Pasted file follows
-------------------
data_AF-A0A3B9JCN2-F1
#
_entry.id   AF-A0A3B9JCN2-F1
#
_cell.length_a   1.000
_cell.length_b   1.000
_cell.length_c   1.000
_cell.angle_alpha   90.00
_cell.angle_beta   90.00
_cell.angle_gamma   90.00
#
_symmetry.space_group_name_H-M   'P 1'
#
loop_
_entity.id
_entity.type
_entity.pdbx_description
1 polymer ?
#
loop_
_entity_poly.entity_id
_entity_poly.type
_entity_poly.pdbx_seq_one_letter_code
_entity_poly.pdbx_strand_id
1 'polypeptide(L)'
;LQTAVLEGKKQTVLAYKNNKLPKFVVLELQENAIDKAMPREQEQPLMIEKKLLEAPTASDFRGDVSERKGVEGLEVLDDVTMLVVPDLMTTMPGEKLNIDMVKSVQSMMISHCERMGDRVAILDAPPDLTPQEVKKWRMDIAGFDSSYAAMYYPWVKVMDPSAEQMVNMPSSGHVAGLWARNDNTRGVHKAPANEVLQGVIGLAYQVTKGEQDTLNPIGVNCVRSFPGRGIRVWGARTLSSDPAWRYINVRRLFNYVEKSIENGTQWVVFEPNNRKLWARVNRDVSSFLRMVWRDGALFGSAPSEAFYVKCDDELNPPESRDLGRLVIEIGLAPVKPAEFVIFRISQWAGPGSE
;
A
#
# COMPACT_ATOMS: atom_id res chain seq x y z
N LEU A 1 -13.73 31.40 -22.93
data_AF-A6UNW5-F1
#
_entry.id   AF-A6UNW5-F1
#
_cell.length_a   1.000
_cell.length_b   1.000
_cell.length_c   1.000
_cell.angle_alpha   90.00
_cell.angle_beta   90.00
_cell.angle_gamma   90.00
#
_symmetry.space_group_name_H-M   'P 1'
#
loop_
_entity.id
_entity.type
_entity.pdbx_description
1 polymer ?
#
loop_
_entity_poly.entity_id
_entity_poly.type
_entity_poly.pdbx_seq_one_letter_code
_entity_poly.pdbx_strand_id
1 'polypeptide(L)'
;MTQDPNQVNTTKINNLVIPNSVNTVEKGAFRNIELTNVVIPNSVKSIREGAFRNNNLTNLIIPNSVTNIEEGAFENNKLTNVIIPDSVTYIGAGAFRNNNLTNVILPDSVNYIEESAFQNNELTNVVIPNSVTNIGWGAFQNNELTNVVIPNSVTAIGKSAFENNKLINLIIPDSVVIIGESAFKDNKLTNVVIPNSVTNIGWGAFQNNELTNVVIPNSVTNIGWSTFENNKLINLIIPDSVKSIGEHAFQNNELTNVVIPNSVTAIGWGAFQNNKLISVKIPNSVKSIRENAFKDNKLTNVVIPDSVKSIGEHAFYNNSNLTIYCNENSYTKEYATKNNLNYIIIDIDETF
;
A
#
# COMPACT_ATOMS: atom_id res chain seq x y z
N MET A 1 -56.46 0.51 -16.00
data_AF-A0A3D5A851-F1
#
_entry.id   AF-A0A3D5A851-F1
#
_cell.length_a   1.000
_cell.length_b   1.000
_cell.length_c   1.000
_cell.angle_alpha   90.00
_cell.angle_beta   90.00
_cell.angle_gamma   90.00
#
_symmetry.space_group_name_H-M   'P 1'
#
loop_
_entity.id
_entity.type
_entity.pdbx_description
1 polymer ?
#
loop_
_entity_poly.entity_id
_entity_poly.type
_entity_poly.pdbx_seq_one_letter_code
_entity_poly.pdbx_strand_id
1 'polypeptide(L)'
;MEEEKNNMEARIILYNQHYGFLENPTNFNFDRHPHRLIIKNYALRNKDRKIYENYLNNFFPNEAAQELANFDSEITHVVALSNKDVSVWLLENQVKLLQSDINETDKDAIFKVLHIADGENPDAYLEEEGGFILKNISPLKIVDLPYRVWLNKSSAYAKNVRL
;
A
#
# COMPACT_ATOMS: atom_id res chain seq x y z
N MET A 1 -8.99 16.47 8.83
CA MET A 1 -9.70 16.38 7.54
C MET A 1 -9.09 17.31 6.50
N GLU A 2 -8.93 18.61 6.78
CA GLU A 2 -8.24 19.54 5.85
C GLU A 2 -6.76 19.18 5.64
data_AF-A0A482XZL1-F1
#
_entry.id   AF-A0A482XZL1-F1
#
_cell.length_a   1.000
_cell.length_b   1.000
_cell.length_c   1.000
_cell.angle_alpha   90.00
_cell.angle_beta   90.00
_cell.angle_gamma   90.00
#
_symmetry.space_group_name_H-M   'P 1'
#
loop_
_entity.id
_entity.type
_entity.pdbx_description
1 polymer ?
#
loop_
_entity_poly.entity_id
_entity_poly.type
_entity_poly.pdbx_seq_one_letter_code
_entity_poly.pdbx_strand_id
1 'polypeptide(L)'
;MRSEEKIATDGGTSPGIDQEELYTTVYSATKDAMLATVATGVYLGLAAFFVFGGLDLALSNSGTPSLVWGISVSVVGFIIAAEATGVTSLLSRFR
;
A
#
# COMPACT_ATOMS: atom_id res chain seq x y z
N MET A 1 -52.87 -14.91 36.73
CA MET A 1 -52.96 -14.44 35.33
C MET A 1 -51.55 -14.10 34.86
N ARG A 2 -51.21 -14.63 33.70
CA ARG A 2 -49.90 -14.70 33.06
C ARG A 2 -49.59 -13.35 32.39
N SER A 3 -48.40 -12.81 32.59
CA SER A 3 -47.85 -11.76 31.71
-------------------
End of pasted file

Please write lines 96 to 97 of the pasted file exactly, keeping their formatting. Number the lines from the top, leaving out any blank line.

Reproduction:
N GLU A 2 -8.93 18.61 6.78
CA GLU A 2 -8.24 19.54 5.85